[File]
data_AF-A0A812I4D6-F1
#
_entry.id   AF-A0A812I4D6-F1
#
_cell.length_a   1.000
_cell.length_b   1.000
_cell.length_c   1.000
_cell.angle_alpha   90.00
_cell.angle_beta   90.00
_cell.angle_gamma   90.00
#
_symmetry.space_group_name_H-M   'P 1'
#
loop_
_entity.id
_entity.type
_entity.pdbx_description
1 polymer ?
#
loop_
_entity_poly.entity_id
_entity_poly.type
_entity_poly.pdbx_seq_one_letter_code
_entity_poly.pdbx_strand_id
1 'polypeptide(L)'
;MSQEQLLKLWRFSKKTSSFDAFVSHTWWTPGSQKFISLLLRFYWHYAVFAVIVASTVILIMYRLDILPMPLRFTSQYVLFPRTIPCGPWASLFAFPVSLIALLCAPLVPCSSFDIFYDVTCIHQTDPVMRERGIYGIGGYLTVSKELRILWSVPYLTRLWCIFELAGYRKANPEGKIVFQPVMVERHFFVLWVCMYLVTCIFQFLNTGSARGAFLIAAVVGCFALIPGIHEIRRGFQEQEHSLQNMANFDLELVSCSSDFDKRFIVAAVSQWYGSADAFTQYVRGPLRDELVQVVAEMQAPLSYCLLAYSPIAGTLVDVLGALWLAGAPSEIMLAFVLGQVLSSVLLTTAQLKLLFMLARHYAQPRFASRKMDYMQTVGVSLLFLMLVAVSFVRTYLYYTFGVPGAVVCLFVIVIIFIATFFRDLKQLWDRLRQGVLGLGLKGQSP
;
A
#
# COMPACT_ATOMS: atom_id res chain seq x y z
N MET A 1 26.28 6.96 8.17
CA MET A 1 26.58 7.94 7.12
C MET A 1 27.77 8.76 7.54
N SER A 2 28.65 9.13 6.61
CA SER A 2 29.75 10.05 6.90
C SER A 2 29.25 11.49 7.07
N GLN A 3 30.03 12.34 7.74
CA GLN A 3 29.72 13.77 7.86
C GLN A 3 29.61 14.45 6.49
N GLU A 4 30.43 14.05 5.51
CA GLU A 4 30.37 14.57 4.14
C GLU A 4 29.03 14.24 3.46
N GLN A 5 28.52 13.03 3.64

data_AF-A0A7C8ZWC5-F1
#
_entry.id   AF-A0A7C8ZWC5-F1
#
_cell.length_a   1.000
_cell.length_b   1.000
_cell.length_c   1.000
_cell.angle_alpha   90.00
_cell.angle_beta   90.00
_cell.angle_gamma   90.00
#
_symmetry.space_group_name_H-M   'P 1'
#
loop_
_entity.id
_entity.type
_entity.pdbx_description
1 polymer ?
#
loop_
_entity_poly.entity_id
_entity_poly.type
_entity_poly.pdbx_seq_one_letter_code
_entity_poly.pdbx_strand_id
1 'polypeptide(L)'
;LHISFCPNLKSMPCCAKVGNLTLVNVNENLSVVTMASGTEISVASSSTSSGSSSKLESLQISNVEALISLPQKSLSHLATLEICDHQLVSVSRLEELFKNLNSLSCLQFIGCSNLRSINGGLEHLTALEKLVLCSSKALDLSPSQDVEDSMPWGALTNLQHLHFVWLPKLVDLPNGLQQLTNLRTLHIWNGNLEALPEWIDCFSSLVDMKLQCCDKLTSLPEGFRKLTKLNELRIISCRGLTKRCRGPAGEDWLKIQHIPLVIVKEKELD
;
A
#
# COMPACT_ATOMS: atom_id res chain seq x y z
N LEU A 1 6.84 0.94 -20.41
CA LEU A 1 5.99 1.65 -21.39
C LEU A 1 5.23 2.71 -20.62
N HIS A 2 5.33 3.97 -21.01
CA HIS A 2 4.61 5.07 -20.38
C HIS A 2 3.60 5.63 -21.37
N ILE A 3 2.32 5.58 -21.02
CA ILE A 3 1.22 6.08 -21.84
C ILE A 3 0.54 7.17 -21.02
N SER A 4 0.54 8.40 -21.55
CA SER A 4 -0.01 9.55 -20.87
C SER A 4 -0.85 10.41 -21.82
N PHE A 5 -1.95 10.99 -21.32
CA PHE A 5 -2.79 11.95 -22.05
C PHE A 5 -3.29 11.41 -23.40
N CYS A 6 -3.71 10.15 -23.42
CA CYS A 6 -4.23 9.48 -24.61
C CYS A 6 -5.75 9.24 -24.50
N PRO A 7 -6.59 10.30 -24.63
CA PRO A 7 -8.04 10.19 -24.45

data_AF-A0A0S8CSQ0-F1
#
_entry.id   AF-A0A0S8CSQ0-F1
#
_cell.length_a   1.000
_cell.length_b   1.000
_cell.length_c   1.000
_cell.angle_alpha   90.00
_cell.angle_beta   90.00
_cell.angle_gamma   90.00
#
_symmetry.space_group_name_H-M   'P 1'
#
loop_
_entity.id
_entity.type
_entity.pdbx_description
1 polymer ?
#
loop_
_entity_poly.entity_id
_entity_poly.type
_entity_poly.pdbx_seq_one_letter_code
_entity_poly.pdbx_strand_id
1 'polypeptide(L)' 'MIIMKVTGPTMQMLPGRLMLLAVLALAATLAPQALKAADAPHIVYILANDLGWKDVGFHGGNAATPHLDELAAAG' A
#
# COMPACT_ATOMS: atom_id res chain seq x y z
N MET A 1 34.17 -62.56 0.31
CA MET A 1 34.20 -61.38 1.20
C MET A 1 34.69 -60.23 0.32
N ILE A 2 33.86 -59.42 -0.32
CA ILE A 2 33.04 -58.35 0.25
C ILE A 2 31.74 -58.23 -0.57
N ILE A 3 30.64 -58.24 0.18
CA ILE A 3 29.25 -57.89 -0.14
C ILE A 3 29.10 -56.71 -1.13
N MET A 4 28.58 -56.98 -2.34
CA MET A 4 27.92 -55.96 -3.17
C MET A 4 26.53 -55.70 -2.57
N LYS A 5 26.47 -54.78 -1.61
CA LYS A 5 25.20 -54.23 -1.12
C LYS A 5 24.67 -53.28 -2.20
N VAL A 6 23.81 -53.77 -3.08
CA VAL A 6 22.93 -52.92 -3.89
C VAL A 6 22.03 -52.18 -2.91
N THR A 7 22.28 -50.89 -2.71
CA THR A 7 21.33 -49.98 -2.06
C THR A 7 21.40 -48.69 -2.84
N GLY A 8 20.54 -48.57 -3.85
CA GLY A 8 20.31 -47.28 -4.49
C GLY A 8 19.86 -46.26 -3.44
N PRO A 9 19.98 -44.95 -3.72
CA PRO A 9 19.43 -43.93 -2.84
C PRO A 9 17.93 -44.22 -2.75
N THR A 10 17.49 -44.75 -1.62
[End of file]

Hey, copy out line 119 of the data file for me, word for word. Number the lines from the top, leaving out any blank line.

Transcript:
#